Grouping class members by accesibility?


#1

As much as I enjoy Kotlin (and Java), one thing that really irks me is that I keep having to write “private” whenever I’m adding a new private members to a class. In C++, all the private members are “grouped” under a “private” declarator in the class header:

class MyCppClass
{

private:
  int member1, member2, member3;

public:
  int pMember1, pMember2;
}

And this makes a lot of sense to me. “Private members go here, public members go here”. For enhanced readibility, I shouldn’t be mixing them togheter. And because of this system, I’m not doing that by default.

So I would love to see a feature in Kotlin to declare all private members in one place, and all the public members in another.

class MyKotlinClass (

    val pMember1: Int,
    val pMember2: Int,

  private:
    val member1: Int,
    val member2: Int
) {}

Just a thought


#2

In C++ the necessity of the grouping came mostly from the preprocessor. There seem to be no reason to do it that way in Java/Kotlin.

In my personal opinion, if you having so many constructor parameters that you need to split them in groups, you are doing something wrong. We had a discussion about it some time ago, but without any clear winner.

If you are talking not about constructor parameters, but about class level declarations, you can easily group them yourself or using IDE code rearrange feature.


#3

Agreed, keep number of parameters to a minimum. But that’s kinda missing my point.

I’m talking about both constructor parameters (i.e. class members in Kotlin, no?) and class members (fields and functions). Example:

class MyKotlinClass (

    val pMember1: Int,
    val pMember2: Int,

  private:
    val member1: Int,
    val member2: Int
) {

    fun myPublicFunction1() {}
    fun myPublicFunction2() {}

  private:
    fun myPrivateFunction1() {}
    fun myPrivateFunction2() {}
}

#4

The first part in round brackets are constructor parameters. As for the second part, I can’t see how it is better than:

// public declarations
    fun myPublicFunction1() {}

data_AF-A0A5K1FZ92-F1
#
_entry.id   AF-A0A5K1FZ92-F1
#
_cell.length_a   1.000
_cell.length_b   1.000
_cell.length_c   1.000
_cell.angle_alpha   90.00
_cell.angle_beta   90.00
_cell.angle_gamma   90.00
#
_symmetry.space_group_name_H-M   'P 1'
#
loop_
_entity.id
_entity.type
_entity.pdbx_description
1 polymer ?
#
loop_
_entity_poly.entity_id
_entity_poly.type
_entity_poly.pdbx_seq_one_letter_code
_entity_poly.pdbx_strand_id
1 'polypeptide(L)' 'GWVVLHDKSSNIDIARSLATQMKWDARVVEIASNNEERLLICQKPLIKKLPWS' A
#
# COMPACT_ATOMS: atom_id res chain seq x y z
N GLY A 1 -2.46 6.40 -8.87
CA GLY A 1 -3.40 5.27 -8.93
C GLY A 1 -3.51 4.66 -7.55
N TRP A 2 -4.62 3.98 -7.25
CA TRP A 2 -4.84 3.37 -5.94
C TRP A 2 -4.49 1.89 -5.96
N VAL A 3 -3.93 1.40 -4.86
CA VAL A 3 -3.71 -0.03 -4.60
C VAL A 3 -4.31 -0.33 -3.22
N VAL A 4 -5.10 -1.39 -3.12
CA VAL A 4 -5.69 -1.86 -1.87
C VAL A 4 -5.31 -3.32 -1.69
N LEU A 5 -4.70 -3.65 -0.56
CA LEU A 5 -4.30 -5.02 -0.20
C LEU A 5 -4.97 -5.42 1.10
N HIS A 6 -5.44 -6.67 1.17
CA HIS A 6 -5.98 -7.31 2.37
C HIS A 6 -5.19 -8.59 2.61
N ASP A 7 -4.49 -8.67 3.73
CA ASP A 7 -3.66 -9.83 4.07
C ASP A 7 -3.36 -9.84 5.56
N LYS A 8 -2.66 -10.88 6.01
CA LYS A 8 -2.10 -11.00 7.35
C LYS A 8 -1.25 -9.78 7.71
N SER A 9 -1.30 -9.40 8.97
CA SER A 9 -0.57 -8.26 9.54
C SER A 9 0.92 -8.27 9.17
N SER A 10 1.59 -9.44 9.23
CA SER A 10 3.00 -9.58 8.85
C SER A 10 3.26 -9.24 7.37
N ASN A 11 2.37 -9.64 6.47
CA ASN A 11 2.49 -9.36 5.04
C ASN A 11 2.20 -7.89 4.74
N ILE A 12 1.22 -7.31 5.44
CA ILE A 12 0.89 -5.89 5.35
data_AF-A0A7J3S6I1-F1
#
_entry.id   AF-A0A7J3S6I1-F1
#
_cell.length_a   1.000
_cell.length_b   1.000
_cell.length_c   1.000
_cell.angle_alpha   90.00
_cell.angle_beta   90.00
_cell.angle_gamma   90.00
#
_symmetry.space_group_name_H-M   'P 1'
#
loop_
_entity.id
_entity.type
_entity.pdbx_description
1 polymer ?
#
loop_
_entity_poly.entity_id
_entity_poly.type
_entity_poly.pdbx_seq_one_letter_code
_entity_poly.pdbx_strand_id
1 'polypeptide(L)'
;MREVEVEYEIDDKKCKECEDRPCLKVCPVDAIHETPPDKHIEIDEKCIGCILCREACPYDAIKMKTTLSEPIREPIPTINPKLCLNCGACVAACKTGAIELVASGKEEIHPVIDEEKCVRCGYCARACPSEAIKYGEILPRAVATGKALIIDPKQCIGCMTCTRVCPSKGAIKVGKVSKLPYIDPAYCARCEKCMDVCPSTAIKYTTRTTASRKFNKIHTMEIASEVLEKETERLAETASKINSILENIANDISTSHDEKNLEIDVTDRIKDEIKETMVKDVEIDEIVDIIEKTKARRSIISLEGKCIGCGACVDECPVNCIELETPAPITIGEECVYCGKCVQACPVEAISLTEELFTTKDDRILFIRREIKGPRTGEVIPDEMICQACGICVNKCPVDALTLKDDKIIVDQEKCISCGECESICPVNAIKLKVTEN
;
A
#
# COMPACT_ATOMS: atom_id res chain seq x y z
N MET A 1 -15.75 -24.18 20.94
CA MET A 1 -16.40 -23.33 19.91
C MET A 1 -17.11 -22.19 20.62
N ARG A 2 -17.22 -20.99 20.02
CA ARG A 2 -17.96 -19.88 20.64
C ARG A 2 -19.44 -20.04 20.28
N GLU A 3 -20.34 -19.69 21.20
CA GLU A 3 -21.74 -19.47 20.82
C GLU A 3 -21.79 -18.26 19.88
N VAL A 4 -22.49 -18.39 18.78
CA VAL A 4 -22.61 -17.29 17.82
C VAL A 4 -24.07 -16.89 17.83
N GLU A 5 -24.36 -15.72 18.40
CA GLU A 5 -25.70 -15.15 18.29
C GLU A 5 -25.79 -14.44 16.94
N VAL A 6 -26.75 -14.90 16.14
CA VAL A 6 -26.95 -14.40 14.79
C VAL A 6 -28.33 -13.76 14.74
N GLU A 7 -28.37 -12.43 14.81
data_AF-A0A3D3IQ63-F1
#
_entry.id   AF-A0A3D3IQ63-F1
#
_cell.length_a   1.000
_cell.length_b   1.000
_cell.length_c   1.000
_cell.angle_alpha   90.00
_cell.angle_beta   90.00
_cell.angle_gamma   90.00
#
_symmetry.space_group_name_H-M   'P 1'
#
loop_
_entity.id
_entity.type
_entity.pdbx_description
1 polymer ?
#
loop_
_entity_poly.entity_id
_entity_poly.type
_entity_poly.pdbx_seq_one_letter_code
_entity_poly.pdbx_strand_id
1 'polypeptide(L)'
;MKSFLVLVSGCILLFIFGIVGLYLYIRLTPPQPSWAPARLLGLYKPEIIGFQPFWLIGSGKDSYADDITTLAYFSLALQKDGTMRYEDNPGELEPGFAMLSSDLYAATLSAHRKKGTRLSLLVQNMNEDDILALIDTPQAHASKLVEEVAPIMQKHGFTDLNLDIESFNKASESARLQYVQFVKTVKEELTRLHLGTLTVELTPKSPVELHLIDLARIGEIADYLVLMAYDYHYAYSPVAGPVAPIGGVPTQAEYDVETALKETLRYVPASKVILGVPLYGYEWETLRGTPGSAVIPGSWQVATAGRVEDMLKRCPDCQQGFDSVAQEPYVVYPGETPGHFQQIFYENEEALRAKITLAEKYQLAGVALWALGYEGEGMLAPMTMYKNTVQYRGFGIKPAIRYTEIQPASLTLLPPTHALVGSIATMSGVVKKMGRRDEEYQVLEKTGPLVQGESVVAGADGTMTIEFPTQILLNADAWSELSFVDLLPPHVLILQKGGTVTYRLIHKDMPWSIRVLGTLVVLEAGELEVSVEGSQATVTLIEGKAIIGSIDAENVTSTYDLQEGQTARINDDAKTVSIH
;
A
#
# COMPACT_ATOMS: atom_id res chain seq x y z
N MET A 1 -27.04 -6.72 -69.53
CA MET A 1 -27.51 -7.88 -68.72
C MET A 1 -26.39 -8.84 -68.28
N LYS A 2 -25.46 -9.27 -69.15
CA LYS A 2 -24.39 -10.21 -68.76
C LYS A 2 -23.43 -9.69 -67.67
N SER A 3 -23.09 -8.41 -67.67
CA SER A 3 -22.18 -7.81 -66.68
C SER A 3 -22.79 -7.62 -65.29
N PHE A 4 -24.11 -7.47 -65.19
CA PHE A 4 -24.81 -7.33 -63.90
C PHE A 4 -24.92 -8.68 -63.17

fun myPublicFunction2() {}

//private declarations
    private fun myPrivateFunction1() {}
    private fun myPrivateFunction2() {}

If you want something closer to C++ headers, than you probably separate all public calls into an interface.


#5

It probably just boils down personal preference, based on what you and I are used to. A matter of taste, if you will.

With two private functions, having to write “private” for each doesn’t seem very verbose. But what about 10 private functions? Or 15?

I respectfully disagree that this

fun myPublicFunction1() {}
fun myPublicFunction2() {}

private:
  fun myPrivateFunction1() {}
  fun myPrivateFunction2() {}
  fun myPrivateFunction3() {}
  fun myPrivateFunction4() {}
  fun myPrivateFunction5() {}
  fun myPrivateFunction6() {}
  fun myPrivateFunction7() {}
  fun myPrivateFunction8() {}
  fun myPrivateFunction9() {}

isn’t better than this

fun myPublicFunction1() {}
fun myPublicFunction2() {}

private fun myPrivateFunction1() {}
private fun myPrivateFunction2() {}
private fun myPrivateFunction3() {}
private fun myPrivateFunction4() {}
private fun myPrivateFunction5() {}
private fun myPrivateFunction6() {}
private fun myPrivateFunction7() {}
private fun myPrivateFunction8() {}
private fun myPrivateFunction9() {}

#6

Although it looks neater when your member functions have neither parameters nor body, I don’t think this is necessarily so when they do at least have a body.

Also, when reading the code, your eyes need to scroll up to the last access label to see whether it’s private, public or whatever and you also need to decide how the access label and the functions themselves should be indented relative to the rest of the code.

In C++, of course, the implementation of the member function is usually outside the class itself - the latter only contains the header - so these considerations are not much of a problem.